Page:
I bumped into your blog post on the Great Gatsby curve, and I was happy to see you raise the point about the arbitrariness of imposing geographic boundaries in measuring intergenerational mobility (why should one lump Connecticut and Mississippi together?)
Claudia Olivetti and I raise a similar point in our recent paper on the evolution of intergenerational mobility in the US between the end of the 19th and the beginning of the 20th Century. We measure a large increase in the intergenerational elasticity between the the cohort of children born in the 1850s and those born in the 1910s, but almost all of it can be explained by income divergence across regions. In fact, within the Northeast and the Midwest, the intergenerational elasticity was flat, or maybe even falling (it was rising in the South, though).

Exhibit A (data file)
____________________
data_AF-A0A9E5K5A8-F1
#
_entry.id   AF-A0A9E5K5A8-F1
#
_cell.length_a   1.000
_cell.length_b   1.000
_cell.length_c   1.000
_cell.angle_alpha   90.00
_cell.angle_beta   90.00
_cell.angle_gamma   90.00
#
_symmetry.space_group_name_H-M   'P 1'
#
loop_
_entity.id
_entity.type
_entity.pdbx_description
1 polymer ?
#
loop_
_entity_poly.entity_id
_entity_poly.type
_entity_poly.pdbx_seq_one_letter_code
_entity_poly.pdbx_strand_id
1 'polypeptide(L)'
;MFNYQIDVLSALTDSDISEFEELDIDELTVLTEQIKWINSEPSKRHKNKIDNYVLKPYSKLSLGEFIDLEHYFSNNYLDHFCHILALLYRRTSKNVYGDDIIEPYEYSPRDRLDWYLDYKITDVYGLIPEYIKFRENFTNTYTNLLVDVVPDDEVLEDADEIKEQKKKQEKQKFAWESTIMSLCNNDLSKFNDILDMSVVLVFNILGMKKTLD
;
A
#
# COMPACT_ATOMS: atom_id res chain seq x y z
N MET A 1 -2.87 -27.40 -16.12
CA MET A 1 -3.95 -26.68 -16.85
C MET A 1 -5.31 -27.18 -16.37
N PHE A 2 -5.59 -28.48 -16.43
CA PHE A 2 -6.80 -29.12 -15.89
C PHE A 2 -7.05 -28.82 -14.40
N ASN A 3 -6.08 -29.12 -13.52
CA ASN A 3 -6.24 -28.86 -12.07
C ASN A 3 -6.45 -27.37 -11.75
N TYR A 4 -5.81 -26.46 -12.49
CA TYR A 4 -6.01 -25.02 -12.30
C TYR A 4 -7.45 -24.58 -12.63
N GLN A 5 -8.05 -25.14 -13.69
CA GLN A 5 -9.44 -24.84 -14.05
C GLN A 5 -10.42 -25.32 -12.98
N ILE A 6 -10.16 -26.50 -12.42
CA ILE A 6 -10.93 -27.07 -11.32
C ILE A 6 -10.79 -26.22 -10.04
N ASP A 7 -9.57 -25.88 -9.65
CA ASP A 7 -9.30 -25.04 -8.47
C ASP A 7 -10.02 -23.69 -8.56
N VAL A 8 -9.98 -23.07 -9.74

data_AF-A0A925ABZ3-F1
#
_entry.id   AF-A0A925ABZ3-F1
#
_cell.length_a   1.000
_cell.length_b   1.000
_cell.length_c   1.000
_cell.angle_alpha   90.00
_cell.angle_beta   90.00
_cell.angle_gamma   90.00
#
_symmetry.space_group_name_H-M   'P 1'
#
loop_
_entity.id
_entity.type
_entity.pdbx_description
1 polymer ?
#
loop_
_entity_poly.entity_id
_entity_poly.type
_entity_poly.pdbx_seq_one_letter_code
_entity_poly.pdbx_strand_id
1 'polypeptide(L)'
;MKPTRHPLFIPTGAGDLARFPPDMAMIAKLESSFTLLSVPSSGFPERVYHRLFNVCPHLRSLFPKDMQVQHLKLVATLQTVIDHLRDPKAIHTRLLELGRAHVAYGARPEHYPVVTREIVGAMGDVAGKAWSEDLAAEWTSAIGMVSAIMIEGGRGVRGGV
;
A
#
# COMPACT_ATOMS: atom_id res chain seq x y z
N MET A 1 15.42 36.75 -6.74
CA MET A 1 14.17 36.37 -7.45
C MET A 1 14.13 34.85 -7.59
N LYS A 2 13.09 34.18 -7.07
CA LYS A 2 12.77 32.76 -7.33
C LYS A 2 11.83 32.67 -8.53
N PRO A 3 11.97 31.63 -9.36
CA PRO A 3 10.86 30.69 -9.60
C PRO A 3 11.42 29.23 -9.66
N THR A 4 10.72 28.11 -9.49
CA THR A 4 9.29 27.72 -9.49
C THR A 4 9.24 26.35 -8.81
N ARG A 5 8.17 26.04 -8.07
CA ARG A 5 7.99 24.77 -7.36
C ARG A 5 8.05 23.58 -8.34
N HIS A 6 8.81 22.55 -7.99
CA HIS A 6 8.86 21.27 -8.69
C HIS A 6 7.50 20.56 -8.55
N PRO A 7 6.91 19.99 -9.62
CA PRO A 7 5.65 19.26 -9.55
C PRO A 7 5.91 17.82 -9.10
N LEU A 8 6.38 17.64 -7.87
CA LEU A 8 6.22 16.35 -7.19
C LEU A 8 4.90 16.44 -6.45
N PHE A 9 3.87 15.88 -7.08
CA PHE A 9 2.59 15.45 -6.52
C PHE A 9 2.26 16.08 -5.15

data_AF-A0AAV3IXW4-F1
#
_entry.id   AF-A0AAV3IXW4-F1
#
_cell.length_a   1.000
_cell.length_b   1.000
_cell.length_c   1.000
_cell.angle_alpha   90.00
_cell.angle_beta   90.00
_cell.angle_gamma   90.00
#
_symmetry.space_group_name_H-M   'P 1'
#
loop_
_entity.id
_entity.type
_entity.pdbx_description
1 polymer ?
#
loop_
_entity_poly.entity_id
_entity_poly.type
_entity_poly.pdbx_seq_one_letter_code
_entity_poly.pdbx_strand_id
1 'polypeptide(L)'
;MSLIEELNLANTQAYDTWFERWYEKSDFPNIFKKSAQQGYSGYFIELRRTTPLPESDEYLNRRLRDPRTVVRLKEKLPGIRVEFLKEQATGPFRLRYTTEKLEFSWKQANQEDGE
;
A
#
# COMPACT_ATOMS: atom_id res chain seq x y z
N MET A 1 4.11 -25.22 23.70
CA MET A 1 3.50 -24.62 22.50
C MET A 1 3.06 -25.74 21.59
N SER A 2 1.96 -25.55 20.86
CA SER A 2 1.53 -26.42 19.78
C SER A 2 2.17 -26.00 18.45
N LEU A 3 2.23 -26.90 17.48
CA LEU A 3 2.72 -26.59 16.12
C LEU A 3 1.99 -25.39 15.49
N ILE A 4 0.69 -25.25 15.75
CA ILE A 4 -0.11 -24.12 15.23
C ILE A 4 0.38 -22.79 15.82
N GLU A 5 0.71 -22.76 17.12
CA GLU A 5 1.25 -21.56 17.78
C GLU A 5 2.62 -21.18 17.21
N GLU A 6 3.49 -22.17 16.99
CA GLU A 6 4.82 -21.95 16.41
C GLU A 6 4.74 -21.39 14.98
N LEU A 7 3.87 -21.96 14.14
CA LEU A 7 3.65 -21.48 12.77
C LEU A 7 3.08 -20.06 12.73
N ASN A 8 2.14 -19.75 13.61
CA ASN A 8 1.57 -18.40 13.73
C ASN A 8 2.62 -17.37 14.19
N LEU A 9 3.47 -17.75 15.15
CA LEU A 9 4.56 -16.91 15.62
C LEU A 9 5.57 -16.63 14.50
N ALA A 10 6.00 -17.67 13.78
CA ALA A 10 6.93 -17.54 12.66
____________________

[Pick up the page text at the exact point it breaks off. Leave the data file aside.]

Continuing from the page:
Kamis, 25 Juli 2013
Geography and Mobility
A former student, M. Daniele Paserman, who is now a professor at Boston University, sends me the following email, which I thought was interesting enough to share (with permission, of course):